On Datasets Licensing
We launched the datasets contest.
And one of the important questions that need to be covered is dataset licensing.
There are two general cases:
a) a dataset you take from another place in public Internet or private network/person.
b) a dataset you create by yourself or own for any other reason.
We decided to follow the principles and considerations that data.world site introduces for datasets' licensing.
1. Licensing and data you found (the source)
I've found an interesting dataset and want to publish it. Can I do that?
You'll need to check the licensing terms on that dataset to see if you are authorized by the owner to distribute, re-post, re-publish or share it. If those terms allow you to do these things, you'll also need to review and comply with the conditions under which you can do so. We've put together a list of common licenses for datasets with links to the license terms here.
If the dataset is available to the public on the Internet, why do I need to check and comply with the terms?
Even if datasets are publicly available, their owners can continue to have rights in those datasets. Those rights extend to how the data is organized, displayed, described, visualized, etc., and can include the effort in compiling the data. These intellectual property rights need to be respected. To do so, make sure that you read and comply with the license terms on the dataset.
What happens if I don't comply with a dataset's license or terms?
Where can I find a dataset's licensing terms and conditions?
Sometimes finding the license terms on a dataset can be difficult. You can look for them:
- On the main webpage
- On the page where the summary or description of the dataset is located
- On the download page of the dataset
- Under "legal" in the footer of the webpage
But I can't find those license terms. Now what?
After searching the site where you found the dataset, you can't locate any terms or licenses that cover the dataset, you can reach out to the owner to see if he or she will give you permission to use the dataset or put a license on the dataset on the site. A dataset that does not have any license terms means the owner retains all rights in the dataset and does not authorize anyone else to use, copy, distribute, share, combine it with other data, or make any changes to it or derivative works from it.
2. Licensing and data you own (the source)
Why license your dataset?
If your dataset does not have any license terms, it means you do not authorize anyone else to use, copy, distribute, share, combine it with other data, or make any changes to it or make derivative works from it. This absence of a license greatly reduces the reuse potential and usefulness of your dataset.
We encourage pick as open a license as you feel comfortable to maximize the benefits of your dataset. We believe the more open a license is, the more others will use your dataset. For more information on the details of licenses, see our list of common license types for datasets.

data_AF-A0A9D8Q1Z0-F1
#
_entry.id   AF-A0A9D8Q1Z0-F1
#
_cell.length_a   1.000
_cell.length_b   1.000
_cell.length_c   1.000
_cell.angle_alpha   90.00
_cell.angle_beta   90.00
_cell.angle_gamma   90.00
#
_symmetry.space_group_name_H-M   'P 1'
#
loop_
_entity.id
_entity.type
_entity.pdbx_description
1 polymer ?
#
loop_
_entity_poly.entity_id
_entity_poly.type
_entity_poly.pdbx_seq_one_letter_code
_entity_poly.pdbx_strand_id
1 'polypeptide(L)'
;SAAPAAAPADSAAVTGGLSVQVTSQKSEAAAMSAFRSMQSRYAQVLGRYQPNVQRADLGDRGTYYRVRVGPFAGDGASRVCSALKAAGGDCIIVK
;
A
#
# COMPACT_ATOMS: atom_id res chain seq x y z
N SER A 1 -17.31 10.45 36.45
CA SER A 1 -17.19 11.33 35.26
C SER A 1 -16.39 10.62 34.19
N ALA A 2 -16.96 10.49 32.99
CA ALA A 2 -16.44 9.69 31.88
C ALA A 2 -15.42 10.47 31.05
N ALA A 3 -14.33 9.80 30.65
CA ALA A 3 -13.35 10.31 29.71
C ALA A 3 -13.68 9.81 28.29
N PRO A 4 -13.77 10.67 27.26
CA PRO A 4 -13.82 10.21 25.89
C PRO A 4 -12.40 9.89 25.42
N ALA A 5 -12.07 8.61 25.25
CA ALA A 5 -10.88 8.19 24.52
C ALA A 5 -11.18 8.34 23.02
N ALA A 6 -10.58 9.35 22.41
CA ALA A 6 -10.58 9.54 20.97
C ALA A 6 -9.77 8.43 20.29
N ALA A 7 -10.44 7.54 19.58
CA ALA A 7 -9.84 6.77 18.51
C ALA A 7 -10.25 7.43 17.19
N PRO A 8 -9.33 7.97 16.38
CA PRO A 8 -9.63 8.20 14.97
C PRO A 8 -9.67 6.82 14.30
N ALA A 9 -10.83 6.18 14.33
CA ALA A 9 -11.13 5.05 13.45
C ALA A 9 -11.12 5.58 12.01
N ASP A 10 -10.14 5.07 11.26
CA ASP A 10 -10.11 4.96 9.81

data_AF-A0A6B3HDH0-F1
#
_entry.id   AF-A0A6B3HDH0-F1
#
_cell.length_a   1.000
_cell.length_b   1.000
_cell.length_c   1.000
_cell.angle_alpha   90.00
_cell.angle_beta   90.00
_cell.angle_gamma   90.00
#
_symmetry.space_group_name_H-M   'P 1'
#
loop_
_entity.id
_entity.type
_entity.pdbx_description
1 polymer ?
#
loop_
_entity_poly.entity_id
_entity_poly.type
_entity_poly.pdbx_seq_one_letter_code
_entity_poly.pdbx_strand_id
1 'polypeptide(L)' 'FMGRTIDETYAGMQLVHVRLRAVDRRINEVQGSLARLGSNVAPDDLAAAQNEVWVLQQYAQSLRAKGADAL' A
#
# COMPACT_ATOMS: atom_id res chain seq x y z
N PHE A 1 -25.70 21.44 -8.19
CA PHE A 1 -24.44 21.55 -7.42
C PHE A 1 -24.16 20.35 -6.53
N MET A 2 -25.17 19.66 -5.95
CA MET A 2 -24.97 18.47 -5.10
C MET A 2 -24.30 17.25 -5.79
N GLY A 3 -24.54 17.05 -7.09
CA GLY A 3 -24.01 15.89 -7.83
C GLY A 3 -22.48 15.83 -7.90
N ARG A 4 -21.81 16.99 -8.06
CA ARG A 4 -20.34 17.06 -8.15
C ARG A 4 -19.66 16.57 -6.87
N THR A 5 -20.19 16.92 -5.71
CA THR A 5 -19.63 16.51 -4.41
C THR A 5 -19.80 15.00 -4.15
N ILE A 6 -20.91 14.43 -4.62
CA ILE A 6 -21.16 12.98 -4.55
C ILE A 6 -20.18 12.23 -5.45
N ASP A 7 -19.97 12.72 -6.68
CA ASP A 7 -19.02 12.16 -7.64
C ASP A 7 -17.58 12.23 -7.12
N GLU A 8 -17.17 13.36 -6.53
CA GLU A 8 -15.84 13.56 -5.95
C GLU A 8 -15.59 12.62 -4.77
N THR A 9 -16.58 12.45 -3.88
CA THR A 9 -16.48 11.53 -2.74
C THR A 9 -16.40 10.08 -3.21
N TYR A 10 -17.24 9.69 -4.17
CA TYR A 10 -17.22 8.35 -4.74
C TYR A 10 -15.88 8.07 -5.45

Common license considerations
CHOOSE AN ESTABLISHED AND CURRENT LICENSE
By choosing an established license like one from our list of common license types, you are choosing a license that is widely adopted. Such licenses were drafted by organizations dedicated to making those licenses functional in many situations as well as making them interoperable, clear, and understandable. You'll need to read the actual licenses by clicking on the links we've provided to make sure you've picked the appropriate one for your dataset and how you would like others to interact with your dataset.
CONSIDER HOW YOU WANT OTHERS TO USE YOUR DATASET
The more open a license you choose, the more others can use, share and distribute your dataset to get to insights faster. Your dataset could be important to solving a pressing issue. We encourage you to maximize your dataset's potential by choosing an open license.
CONSIDER THE RESULTS OF A DATA PROJECT
When a project involves a number of datasets, each with different licenses, the licenses may conflict and greatly restrict or even prohibit the resulting work. By choosing the most open license, you amplify your dataset's usefulness. Another tip is to review the licenses of the other datasets that may be involved in a project or used in your industry to determine what type of license would allow your dataset to be used alongside those datasets. Usually, two datasets, both with CC-BY licenses, can be combined under those license terms. However, you will still need to pay attention to the different versions of those licenses to make sure they work with one another. In addition, just because datasets have licenses that are similar to a CC-BY and ODC-ODbL, does not mean those datasets can be combined because of conflicts between those licenses.
We like the current versions of the open Creative Commons licenses since these licenses are widely adopted, are applicable to databases, and facilitate collaboration. We believe these licenses are becoming more widely accepted for datasets and databases. In addition, Creative Commons has created a tool to help you choose the appropriate license for your dataset.
For instructions on how to set the license type for a dataset, see Setting a license type
To help determine the license to select, see Common license types for datasets
Here is how we suggest dealing with licensing.
Don't hesitate to raise your questions on the license in this topic or under any post related to the datasets contest.